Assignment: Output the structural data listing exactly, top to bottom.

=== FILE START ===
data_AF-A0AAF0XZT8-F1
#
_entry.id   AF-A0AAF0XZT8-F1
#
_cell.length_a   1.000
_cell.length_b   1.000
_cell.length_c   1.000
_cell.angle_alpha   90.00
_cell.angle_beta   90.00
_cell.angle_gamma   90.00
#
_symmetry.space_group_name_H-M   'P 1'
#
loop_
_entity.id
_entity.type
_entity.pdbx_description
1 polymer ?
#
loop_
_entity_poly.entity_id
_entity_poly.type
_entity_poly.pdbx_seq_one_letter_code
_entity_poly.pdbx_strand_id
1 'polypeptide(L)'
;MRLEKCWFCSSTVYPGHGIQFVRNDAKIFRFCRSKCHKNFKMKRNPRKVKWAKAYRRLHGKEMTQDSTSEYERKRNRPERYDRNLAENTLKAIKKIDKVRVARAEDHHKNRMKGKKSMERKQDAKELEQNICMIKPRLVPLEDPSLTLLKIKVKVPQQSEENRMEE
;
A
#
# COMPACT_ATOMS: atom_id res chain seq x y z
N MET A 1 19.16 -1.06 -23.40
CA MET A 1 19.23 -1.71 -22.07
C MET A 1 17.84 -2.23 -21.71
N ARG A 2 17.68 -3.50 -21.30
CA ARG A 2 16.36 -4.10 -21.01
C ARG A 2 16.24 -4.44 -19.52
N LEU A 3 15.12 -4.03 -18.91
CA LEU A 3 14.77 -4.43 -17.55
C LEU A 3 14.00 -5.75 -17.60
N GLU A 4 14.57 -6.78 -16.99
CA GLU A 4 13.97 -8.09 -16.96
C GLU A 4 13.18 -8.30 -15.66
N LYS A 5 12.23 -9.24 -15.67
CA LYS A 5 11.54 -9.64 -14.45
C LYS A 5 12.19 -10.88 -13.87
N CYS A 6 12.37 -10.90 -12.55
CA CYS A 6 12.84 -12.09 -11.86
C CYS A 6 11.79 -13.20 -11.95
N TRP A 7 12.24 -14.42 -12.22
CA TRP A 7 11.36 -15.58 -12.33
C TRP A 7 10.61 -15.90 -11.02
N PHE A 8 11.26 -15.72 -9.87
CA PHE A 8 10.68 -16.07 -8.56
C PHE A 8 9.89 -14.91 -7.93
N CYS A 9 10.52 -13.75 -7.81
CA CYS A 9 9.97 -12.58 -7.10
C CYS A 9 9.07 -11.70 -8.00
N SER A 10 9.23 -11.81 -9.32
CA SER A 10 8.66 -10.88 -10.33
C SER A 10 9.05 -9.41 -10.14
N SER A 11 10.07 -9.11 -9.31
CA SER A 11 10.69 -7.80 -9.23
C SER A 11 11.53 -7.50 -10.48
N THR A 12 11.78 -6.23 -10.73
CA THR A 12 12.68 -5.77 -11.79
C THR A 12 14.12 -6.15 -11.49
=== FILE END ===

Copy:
data_AF-A0AAF0XZT8-F1
#
_entry.id   AF-A0AAF0XZT8-F1
#
_cell.length_a   1.000
_cell.length_b   1.000
_cell.length_c   1.000
_cell.angle_alpha   90.00
_cell.angle_beta   90.00
_cell.angle_gamma   90.00
#
_symmetry.space_group_name_H-M   'P 1'
#
loop_
_entity.id
_entity.type
_entity.pdbx_description
1 polymer ?
#
loop_
_entity_poly.entity_id
_entity_poly.type
_entity_poly.pdbx_seq_one_letter_code
_entity_poly.pdbx_strand_id
1 'polypeptide(L)'
;MRLEKCWFCSSTVYPGHGIQFVRNDAKIFRFCRSKCHKNFKMKRNPRKVKWAKAYRRLHGKEMTQDSTSEYERKRNRPERYDRNLAENTLKAIKKIDKVRVARAEDHHKNRMKGKKSMERKQDAKELEQNICMIKPRLVPLEDPSLTLLKIKVKVPQQSEENRMEE
;
A
#
# COMPACT_ATOMS: atom_id res chain seq x y z
N MET A 1 19.16 -1.06 -23.40
CA MET A 1 19.23 -1.71 -22.07
C MET A 1 17.84 -2.23 -21.71
N ARG A 2 17.68 -3.50 -21.30
CA ARG A 2 16.36 -4.10 -21.01
C ARG A 2 16.24 -4.44 -19.52
N LEU A 3 15.12 -4.03 -18.91
CA LEU A 3 14.77 -4.43 -17.55
C LEU A 3 14.00 -5.75 -17.60
N GLU A 4 14.57 -6.78 -16.99
CA GLU A 4 13.97 -8.09 -16.96
C GLU A 4 13.18 -8.30 -15.66
N LYS A 5 12.23 -9.24 -15.67
CA LYS A 5 11.54 -9.64 -14.45
C LYS A 5 12.19 -10.88 -13.87
N CYS A 6 12.37 -10.90 -12.55
CA CYS A 6 12.84 -12.09 -11.86
C CYS A 6 11.79 -13.20 -11.95
N TRP A 7 12.24 -14.42 -12.22
CA TRP A 7 11.36 -15.58 -12.33
C TRP A 7 10.61 -15.90 -11.02
N PHE A 8 11.26 -15.72 -9.87
CA PHE A 8 10.68 -16.07 -8.56
C PHE A 8 9.89 -14.91 -7.93
N CYS A 9 10.52 -13.75 -7.81
CA CYS A 9 9.97 -12.58 -7.10
C CYS A 9 9.07 -11.70 -8.00
N SER A 10 9.23 -11.81 -9.32
CA SER A 10 8.66 -10.88 -10.33
C SER A 10 9.05 -9.41 -10.14
N SER A 11 10.07 -9.11 -9.31
CA SER A 11 10.69 -7.80 -9.23
C SER A 11 11.53 -7.50 -10.48
N THR A 12 11.78 -6.23 -10.73
CA THR A 12 12.68 -5.77 -11.79
C THR A 12 14.12 -6.15 -11.49